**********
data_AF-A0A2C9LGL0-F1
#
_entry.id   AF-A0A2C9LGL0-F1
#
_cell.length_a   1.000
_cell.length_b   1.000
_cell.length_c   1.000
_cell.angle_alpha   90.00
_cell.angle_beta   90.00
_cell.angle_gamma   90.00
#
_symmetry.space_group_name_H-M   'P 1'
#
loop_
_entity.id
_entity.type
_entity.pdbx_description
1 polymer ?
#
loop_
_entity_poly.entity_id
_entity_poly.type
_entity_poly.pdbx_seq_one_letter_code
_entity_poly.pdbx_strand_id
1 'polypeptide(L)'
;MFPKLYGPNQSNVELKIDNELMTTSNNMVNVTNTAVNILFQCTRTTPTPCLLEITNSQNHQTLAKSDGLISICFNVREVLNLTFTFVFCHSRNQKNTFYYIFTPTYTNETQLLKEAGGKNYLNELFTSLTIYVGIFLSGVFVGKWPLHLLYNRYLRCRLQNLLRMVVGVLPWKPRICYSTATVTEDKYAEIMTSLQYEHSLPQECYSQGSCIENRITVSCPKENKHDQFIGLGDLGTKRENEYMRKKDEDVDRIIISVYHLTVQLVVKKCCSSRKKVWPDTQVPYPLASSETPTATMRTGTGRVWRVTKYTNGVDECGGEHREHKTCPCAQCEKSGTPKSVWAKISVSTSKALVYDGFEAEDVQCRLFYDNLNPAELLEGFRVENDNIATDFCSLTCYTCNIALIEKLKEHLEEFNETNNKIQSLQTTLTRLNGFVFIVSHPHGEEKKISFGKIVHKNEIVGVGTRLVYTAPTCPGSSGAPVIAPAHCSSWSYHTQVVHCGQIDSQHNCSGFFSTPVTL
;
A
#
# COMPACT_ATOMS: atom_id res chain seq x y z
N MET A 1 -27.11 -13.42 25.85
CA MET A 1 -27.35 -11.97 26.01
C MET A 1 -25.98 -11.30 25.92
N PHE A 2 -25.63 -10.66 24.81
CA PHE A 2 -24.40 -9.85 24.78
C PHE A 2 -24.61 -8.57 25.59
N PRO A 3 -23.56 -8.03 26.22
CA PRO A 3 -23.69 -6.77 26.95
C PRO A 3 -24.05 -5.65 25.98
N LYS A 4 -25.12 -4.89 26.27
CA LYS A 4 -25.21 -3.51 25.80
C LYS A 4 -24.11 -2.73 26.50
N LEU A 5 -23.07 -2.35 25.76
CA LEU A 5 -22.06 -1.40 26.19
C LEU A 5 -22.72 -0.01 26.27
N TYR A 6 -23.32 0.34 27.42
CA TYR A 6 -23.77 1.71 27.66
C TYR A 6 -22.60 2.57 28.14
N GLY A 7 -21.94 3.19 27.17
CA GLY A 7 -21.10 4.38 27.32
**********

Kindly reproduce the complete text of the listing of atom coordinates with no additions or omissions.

data_AF-A0A2C9LGL0-F1
#
_entry.id   AF-A0A2C9LGL0-F1
#
_cell.length_a   1.000
_cell.length_b   1.000
_cell.length_c   1.000
_cell.angle_alpha   90.00
_cell.angle_beta   90.00
_cell.angle_gamma   90.00
#
_symmetry.space_group_name_H-M   'P 1'
#
loop_
_entity.id
_entity.type
_entity.pdbx_description
1 polymer ?
#
loop_
_entity_poly.entity_id
_entity_poly.type
_entity_poly.pdbx_seq_one_letter_code
_entity_poly.pdbx_strand_id
1 'polypeptide(L)'
;MFPKLYGPNQSNVELKIDNELMTTSNNMVNVTNTAVNILFQCTRTTPTPCLLEITNSQNHQTLAKSDGLISICFNVREVLNLTFTFVFCHSRNQKNTFYYIFTPTYTNETQLLKEAGGKNYLNELFTSLTIYVGIFLSGVFVGKWPLHLLYNRYLRCRLQNLLRMVVGVLPWKPRICYSTATVTEDKYAEIMTSLQYEHSLPQECYSQGSCIENRITVSCPKENKHDQFIGLGDLGTKRENEYMRKKDEDVDRIIISVYHLTVQLVVKKCCSSRKKVWPDTQVPYPLASSETPTATMRTGTGRVWRVTKYTNGVDECGGEHREHKTCPCAQCEKSGTPKSVWAKISVSTSKALVYDGFEAEDVQCRLFYDNLNPAELLEGFRVENDNIATDFCSLTCYTCNIALIEKLKEHLEEFNETNNKIQSLQTTLTRLNGFVFIVSHPHGEEKKISFGKIVHKNEIVGVGTRLVYTAPTCPGSSGAPVIAPAHCSSWSYHTQVVHCGQIDSQHNCSGFFSTPVTL
;
A
#
# COMPACT_ATOMS: atom_id res chain seq x y z
N MET A 1 -27.11 -13.42 25.85
CA MET A 1 -27.35 -11.97 26.01
C MET A 1 -25.98 -11.30 25.92
N PHE A 2 -25.63 -10.66 24.81
CA PHE A 2 -24.40 -9.85 24.78
C PHE A 2 -24.61 -8.57 25.59
N PRO A 3 -23.56 -8.03 26.22
CA PRO A 3 -23.69 -6.77 26.95
C PRO A 3 -24.05 -5.65 25.98
N LYS A 4 -25.12 -4.89 26.27
CA LYS A 4 -25.21 -3.51 25.80
C LYS A 4 -24.11 -2.73 26.50
N LEU A 5 -23.07 -2.35 25.76
CA LEU A 5 -22.06 -1.40 26.19
C LEU A 5 -22.72 -0.01 26.27
N TYR A 6 -23.32 0.34 27.42
CA TYR A 6 -23.77 1.71 27.66
C TYR A 6 -22.60 2.57 28.14
N GLY A 7 -21.94 3.19 27.17
CA GLY A 7 -21.10 4.38 27.32